If I see beauty, speak it, ESPECIALLY to other women & mothers – If you are not doing this, start now. It’s a continual blessing to me in my life.
Work hard to not impose my impatience or unrealistic timeline on my girls – I always thought I’d be a patient mom and then I spent the entirety of a day watching my two-year-old try to put her own headband on. Over and over again. All day long. It was easily the most painful, albeit adorable, thing I’ve ever had to watch. I teetered somewhere between wanting to film her to savor this endearing stage of independence and shouting, “HERE JUST LET MOMMY DO IT!”
With a one-year-old and a two-year-old: NOTHING GETS DONE QUICKLY. It takes us 20+ minutes to get out the door and that’s when everyone is already fed and dressed. I’m talking, just to get shoes on and get moved from the house to the car can feel like a three ring circus. I continually have to remind myself: “We’re just going to Target” or “We’re only going to the library, we’re not on a schedule.” While I’d love for them to just let me put their shoes on their feet or feed them their applesauce, sometimes I need to remind myself they need to learn which foot is which and how to hold a spoon.
Be less critical of myself – I’m working hard to hold myself to a standard of grace, and not perfection. This has been a mantra in my head since before my first was born and I was unexpectedly put on bedrest two weeks before Christmas and 3.5 weeks before my due date. I very suddenly found myself with a mountain of things I wanted to complete on my maternity leave, and was point blank told no. They’d have to go undone. No Christmas cookies, no Christmas shopping, no more decorating the house, I was done making freezer meals, no more nesting in the nursery, I simply was not allowed to do it. It seems petty now, but they were things I was looking forward to doing before our daughter arrived. So I let the things go. All of them.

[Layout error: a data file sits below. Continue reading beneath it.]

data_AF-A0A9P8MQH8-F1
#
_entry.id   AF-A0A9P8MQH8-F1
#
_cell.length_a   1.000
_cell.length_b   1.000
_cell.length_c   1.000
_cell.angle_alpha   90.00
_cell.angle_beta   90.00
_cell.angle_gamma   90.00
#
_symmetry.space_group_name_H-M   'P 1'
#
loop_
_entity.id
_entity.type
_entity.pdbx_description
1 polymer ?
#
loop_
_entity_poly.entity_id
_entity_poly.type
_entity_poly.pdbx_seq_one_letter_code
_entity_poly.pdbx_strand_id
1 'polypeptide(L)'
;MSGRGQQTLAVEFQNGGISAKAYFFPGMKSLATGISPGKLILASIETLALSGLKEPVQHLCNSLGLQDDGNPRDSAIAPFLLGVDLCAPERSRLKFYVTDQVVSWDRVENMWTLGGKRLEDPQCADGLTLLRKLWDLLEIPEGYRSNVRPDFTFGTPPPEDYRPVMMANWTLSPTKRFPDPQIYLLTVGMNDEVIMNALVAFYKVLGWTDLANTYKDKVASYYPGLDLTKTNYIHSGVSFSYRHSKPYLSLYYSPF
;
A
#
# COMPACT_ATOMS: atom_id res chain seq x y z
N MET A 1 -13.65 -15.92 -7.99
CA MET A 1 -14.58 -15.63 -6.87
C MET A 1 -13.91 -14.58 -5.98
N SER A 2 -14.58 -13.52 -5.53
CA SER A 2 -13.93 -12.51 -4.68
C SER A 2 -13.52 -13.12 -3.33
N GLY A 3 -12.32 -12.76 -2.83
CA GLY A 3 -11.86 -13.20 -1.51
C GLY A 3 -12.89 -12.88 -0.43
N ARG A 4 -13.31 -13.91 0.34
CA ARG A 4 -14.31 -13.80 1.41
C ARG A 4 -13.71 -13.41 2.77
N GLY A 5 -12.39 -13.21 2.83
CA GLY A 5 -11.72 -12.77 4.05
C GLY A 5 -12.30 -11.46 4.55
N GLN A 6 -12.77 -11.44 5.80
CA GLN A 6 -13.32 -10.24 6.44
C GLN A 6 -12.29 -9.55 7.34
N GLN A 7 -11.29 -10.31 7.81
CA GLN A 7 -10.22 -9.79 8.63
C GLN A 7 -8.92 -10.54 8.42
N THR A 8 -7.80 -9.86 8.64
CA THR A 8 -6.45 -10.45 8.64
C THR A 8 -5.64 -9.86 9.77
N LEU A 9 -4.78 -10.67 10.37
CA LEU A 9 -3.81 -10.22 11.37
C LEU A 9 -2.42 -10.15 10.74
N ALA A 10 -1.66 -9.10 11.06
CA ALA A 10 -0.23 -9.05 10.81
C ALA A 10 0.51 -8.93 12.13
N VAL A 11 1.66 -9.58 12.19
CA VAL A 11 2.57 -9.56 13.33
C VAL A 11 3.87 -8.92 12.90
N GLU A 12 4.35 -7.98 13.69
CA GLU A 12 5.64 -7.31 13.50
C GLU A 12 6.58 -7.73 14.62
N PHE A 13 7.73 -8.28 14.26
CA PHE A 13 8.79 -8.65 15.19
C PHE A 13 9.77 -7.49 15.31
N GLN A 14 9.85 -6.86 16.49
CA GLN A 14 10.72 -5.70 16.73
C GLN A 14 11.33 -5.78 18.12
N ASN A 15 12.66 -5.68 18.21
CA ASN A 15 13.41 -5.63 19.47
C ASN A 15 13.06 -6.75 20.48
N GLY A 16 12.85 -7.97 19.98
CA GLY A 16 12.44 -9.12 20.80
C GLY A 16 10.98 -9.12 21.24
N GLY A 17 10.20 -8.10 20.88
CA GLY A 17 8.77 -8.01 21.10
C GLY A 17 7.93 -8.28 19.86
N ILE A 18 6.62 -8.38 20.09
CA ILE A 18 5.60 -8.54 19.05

I want my girls to see a momma who’s proud of herself and her accomplishments, even when things don’t go as I’d hoped. I want them to see me stumble, brush myself off and try again. I want them to see a momma proud of her efforts, her teammates, and her integrity. There aren’t enough hours in the day to accomplish my to-do lists AND mold and shape their young minds. To any mommas out there feeling defeated over what went UNdone and not what GOT done: I see you. A+ for effort, Momma.
So there it is. And a year from now, just like in business, my goals will likely be totally different. I’ll have new family hurdles. I’ll be starting as a different momma. A different woman. A woman with new goals to strive towards, new thoughts, new trials and new emotions. I’ll assess the market trends and reevaluated where I’m at, what I need to do to get where I want to be and assign myself some new clear Performance Review markers.
I’ll always be working on myself, I’m a messy perpetual work in progress and that’s okay.